Dry and cracked lips were suddenly pursed, and half-glazed eyes turned upon Helen. Most of them were strangers. Foreign faces. Some were worried. Some looked confident. Others confused as to why they were there, and questioning if they should stay. Yet, they were rapt and silent as the grave.
“Thank you…” she rebegan. “To those of you who don’t know me, my name is Helen Muster. I am Linden Murray’s executive assistant. On behalf of your host, the staff and myself, we welcome you to Fiori Mortali. And we hope that each and every one of you enjoy your stay.”
There was no applause, or cheering from the crowd, for which Helen was grateful, and they all remained very much focused on her.
“Now,” added Helen, “if Ms. Evesong, Ms. Lourdes, Ms. Georgiou and Mr. Gutierrez would follow my colleague Ms. Eaglemont, she will show you to your rooms. Everyone else, please follow me.”
While Jane, Iryna and Alfeo guided the lesser group to the East Wing tower, the others followed Helen. And as they crossed the courtyard, the helicopter started back up. It’s engine made a healthy roar; and it’s rotors began to whir once again.
Rather than lead the guests through the main entrance and give a tour, Mr. Murray had prescribed that Helen show the guests directly to their rooms so that they might freshen up before dinner. Insisting, that his guests explore the villa on their free time. That it would add some intrigue and mystery to their stay on the island. And so, Helen led them to the East Wing corner entrance.
“I heard that he’s dying,” Meredith declared all of a sudden.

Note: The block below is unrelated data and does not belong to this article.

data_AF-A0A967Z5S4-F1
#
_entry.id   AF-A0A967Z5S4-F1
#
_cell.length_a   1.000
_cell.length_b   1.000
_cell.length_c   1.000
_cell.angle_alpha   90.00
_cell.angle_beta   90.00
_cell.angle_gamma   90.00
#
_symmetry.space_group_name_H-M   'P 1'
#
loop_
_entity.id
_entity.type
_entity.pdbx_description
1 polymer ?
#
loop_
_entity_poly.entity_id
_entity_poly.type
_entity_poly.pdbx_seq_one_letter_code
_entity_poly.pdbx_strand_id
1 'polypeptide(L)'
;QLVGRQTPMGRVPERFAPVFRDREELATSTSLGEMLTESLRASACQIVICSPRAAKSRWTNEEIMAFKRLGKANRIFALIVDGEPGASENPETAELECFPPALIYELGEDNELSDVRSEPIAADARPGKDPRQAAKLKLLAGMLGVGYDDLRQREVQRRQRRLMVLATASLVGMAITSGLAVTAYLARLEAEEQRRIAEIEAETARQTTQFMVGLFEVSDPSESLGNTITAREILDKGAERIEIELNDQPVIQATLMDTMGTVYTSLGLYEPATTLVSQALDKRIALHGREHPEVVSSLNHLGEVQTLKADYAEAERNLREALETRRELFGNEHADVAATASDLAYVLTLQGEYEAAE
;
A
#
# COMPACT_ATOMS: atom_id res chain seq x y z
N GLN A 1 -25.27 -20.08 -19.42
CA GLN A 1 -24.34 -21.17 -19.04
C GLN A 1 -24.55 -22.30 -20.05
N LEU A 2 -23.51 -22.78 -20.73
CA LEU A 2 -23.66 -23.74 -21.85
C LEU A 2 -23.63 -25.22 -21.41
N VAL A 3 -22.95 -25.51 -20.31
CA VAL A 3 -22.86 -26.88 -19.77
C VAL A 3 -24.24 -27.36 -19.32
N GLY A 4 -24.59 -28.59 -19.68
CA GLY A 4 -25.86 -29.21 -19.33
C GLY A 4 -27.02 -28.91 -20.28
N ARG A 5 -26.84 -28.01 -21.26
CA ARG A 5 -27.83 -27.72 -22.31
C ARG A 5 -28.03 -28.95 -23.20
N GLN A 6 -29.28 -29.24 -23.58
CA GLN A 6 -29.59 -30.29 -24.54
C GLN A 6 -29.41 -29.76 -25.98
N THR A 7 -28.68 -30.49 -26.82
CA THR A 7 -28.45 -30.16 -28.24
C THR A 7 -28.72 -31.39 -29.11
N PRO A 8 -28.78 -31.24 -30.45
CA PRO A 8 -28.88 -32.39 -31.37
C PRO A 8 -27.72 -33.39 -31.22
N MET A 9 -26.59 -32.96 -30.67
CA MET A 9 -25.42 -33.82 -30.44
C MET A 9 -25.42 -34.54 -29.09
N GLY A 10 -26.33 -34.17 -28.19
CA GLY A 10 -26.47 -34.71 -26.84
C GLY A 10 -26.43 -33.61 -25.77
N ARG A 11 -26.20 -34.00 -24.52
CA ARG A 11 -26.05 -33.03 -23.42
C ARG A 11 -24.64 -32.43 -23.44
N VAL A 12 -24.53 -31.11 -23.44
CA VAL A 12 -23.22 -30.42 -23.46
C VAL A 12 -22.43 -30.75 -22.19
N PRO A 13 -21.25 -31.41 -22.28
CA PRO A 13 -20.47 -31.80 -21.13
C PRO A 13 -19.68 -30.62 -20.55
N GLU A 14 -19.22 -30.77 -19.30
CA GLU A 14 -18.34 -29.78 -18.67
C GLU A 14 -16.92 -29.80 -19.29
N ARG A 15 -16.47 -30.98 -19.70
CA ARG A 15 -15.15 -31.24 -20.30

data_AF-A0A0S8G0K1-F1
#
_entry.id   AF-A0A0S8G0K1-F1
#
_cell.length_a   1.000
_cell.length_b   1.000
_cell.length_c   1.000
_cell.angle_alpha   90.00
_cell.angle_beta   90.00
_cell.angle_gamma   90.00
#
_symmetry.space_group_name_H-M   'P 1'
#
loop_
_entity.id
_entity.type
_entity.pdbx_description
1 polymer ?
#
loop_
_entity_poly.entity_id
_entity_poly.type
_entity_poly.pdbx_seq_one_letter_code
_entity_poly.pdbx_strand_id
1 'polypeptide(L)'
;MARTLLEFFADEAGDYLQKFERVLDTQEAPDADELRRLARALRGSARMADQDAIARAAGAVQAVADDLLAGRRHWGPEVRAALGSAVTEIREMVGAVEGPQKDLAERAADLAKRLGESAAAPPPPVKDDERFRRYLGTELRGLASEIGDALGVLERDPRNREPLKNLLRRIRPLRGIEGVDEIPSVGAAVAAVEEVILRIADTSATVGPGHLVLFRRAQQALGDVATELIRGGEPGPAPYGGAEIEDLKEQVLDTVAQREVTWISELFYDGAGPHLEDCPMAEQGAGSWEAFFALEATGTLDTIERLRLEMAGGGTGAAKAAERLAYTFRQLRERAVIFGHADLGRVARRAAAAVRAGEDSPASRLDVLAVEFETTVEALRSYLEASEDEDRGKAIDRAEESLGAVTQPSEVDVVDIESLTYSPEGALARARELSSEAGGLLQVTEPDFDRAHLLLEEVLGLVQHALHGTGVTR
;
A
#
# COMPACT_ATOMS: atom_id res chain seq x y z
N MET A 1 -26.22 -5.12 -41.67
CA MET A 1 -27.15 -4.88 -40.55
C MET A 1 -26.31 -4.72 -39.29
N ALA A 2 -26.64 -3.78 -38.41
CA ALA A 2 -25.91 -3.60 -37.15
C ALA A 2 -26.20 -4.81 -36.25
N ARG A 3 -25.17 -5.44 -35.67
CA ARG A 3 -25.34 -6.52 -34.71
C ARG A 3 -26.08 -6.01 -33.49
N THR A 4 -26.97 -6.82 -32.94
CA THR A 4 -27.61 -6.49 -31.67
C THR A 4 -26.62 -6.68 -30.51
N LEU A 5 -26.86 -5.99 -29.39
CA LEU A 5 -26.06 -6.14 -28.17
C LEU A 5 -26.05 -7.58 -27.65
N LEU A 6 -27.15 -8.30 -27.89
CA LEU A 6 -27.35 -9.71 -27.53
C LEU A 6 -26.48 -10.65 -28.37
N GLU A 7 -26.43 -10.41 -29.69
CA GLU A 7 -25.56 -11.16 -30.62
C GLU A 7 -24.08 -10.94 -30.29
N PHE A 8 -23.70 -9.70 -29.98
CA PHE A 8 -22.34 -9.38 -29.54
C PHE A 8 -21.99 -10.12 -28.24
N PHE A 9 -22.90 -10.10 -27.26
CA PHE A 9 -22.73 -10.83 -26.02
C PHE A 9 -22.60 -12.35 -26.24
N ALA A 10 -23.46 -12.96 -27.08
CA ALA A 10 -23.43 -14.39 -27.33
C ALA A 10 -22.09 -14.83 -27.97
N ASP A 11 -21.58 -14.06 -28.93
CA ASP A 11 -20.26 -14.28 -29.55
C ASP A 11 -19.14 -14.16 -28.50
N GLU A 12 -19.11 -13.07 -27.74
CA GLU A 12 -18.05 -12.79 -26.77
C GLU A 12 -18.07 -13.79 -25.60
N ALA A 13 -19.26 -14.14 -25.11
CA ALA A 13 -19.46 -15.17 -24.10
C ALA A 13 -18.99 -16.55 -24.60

Miss Abernathy hissed to silence the young woman, but Helen brushed off her rudeness, and Meredith ignored Eleanor. Helen was accustomed to the disrespect. She recognised her from the girl’s boarding school.
“It’s true, Mr. Murray is in poor health. But he has one of the best doctors in the world working day and night to cure him.”
“And who is this doctor?” asked Mr. Clark.
“Dr. Warthering. He’s been staying with us for just over a month now.”
“And who was that coming out of the helicopter?” the reporter queried.
“That was Ms. Evesong. Mr. Murray’s ex-wife.”
“Right, but which one?”
The last question, Helen avoided, and she began her monologue. And after telling it so many times before, it was without passion. “This is the East Wing. It is reserved for storage, and for guests whenever they arrive.”
She opened a cypress door brought the guests inside, where they were reintroduced to central air.
“For safety, all of the interior and exterior doors on the lower level remain unlocked, except during periods of severe weather. Save for the bathrooms and bedrooms, of course. And currently, all of your rooms have the keys in the lock.”
She stopped as they came upon a staircase, and a hallway around the corner, and she faced her retinue. Mr. Clark, Mr. Cruickshank, Ms. Sawyer, Mr. Locke, Ms. Abernathy, Ms. Murray, and Mr. Strife. If she had to gauge their mood, Helen would have said: anxious.
“This hallway runs along the entire length of the lower level. Through the main building and the West Wing, up until either tower. Beyond the door, which you can see at the end on your left,” said Helen indicating with her hand, “is another staircase, which leads to the top of the tower, as well as the hallway above. And via the door on your right, is the main building.”